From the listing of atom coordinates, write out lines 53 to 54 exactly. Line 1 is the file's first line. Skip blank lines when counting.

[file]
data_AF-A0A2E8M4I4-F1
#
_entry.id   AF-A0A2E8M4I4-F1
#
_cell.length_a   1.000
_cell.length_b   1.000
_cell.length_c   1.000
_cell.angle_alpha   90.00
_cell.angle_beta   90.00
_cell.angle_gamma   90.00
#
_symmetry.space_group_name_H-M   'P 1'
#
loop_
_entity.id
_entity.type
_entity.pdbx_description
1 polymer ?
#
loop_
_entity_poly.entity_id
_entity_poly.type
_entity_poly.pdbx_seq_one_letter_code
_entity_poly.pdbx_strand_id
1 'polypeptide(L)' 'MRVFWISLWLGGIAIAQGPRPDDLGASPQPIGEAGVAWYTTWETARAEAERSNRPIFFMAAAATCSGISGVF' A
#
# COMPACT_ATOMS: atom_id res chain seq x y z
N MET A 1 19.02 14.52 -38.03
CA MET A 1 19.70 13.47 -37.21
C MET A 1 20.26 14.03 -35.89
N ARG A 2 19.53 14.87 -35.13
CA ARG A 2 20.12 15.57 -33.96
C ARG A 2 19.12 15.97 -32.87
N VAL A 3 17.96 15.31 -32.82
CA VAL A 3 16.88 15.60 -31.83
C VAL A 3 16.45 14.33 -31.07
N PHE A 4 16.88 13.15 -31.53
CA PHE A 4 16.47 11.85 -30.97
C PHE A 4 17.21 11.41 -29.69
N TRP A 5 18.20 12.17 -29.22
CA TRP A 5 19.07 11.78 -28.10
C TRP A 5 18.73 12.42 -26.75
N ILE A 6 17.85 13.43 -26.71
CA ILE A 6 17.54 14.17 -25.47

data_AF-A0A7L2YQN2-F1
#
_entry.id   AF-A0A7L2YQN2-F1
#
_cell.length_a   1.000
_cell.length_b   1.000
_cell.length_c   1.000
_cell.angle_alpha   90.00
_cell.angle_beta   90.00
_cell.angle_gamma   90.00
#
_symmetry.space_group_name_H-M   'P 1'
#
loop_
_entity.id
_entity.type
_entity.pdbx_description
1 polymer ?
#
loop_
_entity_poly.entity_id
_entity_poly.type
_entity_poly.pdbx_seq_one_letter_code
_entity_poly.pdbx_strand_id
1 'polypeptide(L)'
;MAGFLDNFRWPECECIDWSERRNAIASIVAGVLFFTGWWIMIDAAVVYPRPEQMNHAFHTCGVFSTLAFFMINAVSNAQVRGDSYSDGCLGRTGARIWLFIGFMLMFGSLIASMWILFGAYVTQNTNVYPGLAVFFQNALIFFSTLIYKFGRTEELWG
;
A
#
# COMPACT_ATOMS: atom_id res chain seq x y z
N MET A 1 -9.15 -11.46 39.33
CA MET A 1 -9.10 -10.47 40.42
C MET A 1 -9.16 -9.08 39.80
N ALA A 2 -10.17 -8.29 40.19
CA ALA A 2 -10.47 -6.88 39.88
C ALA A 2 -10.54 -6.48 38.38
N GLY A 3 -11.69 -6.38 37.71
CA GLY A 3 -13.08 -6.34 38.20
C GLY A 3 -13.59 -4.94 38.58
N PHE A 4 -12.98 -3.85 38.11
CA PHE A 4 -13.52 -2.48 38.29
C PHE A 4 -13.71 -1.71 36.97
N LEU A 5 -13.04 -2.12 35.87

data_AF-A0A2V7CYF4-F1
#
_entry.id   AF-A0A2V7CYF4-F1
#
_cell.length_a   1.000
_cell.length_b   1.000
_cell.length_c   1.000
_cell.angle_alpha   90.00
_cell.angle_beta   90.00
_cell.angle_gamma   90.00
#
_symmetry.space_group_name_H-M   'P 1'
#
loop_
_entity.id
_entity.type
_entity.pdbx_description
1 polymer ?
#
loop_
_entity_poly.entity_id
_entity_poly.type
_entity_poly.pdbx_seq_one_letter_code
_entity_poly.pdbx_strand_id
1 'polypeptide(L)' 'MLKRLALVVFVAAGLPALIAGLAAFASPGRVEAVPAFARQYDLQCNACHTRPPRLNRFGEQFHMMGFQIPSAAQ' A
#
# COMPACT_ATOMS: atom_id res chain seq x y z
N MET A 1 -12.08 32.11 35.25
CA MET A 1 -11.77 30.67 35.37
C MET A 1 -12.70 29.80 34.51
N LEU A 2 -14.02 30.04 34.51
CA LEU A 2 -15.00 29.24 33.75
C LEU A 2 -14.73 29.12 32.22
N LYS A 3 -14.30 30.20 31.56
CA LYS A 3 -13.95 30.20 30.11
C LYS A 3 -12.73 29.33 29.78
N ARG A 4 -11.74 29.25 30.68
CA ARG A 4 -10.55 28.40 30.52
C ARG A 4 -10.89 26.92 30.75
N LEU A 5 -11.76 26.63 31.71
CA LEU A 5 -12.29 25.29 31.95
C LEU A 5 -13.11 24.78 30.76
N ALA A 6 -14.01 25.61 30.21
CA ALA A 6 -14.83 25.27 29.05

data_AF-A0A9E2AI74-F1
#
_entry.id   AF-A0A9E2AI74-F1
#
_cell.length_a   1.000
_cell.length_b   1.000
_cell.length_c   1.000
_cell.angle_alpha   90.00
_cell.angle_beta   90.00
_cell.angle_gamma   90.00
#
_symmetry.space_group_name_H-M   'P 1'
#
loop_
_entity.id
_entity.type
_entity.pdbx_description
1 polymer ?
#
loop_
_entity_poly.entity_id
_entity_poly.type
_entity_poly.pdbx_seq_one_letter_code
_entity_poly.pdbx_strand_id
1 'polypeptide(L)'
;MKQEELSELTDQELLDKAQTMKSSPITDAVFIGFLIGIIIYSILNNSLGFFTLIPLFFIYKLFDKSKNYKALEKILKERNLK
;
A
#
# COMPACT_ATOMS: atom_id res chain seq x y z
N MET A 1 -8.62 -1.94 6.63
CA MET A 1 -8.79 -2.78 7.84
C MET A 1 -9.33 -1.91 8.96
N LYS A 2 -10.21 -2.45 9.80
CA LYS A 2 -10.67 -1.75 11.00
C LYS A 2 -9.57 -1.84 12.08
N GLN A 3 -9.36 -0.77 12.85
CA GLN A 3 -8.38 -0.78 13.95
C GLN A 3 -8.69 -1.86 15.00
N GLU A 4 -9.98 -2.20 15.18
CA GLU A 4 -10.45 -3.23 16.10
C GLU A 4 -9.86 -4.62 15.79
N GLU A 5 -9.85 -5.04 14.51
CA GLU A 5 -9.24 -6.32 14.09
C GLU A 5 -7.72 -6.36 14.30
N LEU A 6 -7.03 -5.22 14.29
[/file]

_cell.angle_beta   90.00
_cell.angle_gamma   90.00